In the same year he won the gold medal at the prestigious International Six-Day Time Trial, on that occasion held in Wales.

Soon in demand, he accepted an offer to ride for FB-Mondial, which was the most successful manufacturer at the time and after scoring his first race victory in the Ulster GP of 1950 Ubbiali was crowned 125cc world champion for the first time in 1951, winning a five-race series.  It was a reflection of how Italy dominated motorcycle racing at the time that 12 of the 17 riders who took part were Italian.

Beaten to the 1952 title by Sandford, he accepted MV Agusta’s offer to join the Englishman in their garage the following year, beginning a relationship with the team that would yield eight world titles in six seasons between 1955 and 1960.

Ubbiali’s racing style earned him the nickname “The Fox” on the basis that he was a cunning tactician, content to bide his time in a race while he studied the behaviour and tactics of his opponents, before attacking in the final stages.

In an era that was much less politically correct than today, he was also known as Il Cinesino - “The Little Chinaman” – on account of nothing more than his physical appearance, quite small and with almond shaped eyes.

Nine times a winner of what was then called the Nations Grand Prix on his home circuit at Monza, he finished his career there by winning in both the 125cc and 250cc categories, which gave him the title in both classes for the second year running.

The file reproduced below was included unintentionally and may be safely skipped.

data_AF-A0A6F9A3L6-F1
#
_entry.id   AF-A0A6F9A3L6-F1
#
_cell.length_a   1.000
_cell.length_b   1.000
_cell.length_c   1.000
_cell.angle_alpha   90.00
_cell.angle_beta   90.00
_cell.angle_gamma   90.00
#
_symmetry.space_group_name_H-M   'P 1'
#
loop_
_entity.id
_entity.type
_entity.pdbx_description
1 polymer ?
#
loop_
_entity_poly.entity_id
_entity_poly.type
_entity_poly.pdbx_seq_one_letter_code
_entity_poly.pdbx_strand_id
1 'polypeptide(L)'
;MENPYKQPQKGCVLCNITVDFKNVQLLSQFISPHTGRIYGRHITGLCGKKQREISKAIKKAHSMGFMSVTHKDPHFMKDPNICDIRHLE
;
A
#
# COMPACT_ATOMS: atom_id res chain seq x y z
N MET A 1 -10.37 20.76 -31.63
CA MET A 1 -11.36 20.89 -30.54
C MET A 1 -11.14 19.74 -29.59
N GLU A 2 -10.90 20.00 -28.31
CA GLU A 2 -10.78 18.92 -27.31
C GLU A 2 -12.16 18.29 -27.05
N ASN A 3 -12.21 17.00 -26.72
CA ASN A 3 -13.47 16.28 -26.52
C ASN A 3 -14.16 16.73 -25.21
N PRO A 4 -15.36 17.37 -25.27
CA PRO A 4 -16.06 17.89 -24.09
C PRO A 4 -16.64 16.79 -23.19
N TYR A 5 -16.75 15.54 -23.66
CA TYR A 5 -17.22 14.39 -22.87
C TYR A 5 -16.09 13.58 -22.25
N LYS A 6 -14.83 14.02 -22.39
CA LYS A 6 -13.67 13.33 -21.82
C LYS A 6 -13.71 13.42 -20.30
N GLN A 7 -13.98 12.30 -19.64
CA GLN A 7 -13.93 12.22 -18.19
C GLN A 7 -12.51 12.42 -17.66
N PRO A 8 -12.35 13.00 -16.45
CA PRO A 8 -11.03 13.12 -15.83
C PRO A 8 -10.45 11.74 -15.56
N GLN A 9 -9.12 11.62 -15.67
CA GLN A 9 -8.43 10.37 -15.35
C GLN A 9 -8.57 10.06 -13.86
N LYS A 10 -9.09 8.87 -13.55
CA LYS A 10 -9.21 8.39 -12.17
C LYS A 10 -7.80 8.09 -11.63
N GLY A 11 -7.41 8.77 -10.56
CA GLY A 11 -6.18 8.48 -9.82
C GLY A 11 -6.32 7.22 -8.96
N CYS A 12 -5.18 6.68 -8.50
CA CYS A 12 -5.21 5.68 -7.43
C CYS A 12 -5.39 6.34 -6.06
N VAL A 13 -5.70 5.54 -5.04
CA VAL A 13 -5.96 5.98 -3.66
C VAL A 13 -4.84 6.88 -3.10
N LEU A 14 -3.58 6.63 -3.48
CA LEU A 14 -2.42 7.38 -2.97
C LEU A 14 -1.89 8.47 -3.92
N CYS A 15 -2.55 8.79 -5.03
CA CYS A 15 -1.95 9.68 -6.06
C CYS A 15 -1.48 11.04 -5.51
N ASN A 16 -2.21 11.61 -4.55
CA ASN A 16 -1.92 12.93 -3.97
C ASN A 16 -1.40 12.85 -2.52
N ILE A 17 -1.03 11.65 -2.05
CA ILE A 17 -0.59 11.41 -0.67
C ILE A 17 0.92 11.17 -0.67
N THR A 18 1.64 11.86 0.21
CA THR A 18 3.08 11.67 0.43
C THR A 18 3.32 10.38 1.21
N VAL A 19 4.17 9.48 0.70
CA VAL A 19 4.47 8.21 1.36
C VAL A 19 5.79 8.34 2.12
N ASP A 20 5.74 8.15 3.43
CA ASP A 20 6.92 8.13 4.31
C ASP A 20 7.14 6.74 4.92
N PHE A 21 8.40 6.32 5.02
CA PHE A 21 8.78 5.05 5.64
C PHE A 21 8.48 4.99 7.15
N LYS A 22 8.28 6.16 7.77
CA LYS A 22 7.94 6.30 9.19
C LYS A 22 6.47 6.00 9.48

After his retirement, he took over the running of his father’s business in Bergamo and continued to attend motorcycle events in consultancy roles.  He was also instrumental, through his friendship with Count Domenico Agusta, the company’s co-owner, in securing a place for a then 21-year-old Agostini on the MV Agusta team,

Ubbiali was indicted into the MotoGP Hall of Fame in 2001.

Bergamo's Piazza Vecchia is a beautiful square
Travel tip:

Bergamo, situated 40km (25 miles) northeast of Milan, is in a way two cities in one.  Its historic heart, perched on a ridge, is the Città Alta, which boasts many examples of magnificent architecture of the 12th century onwards; spreading out below is the vast expanse of the Città Bassa, more modern but with an elegance of its own.  The old, upper city is surrounded by impressively forbidding walls, built by the Venetians in the 16th century and granted UNESCO Heritage Site status in 2017. The Città Alta, with the beautiful Piazza Vecchia at its core, is small and can be explored easily on foot; the Città Bassa and suburbs cover a broad area of around 500,000 residents.

Motorcycles on display at Museo Agusto
Motorcycles on display at Museo Agusto
Travel tip:

Examples of MV Agusta’s historic motorcycles can be seen at the fascinating Museo Agusta at the company’s original headquarters in Cascina Costa, a district of Samarate, about 45km (28 miles) northwest of Milan. Agusta was formerly a aviation company manufacturing helicopters and continued to do so until it disappeared in a merger in 2000. The motorcycle manufacturing offshoot is now based in Varese.  The museum is open on Tuesday and Wednesday afternoons and both in the morning and afternoon on Saturday and Sunday, with an entrance fee of just €2.50 (€1.50 concessions).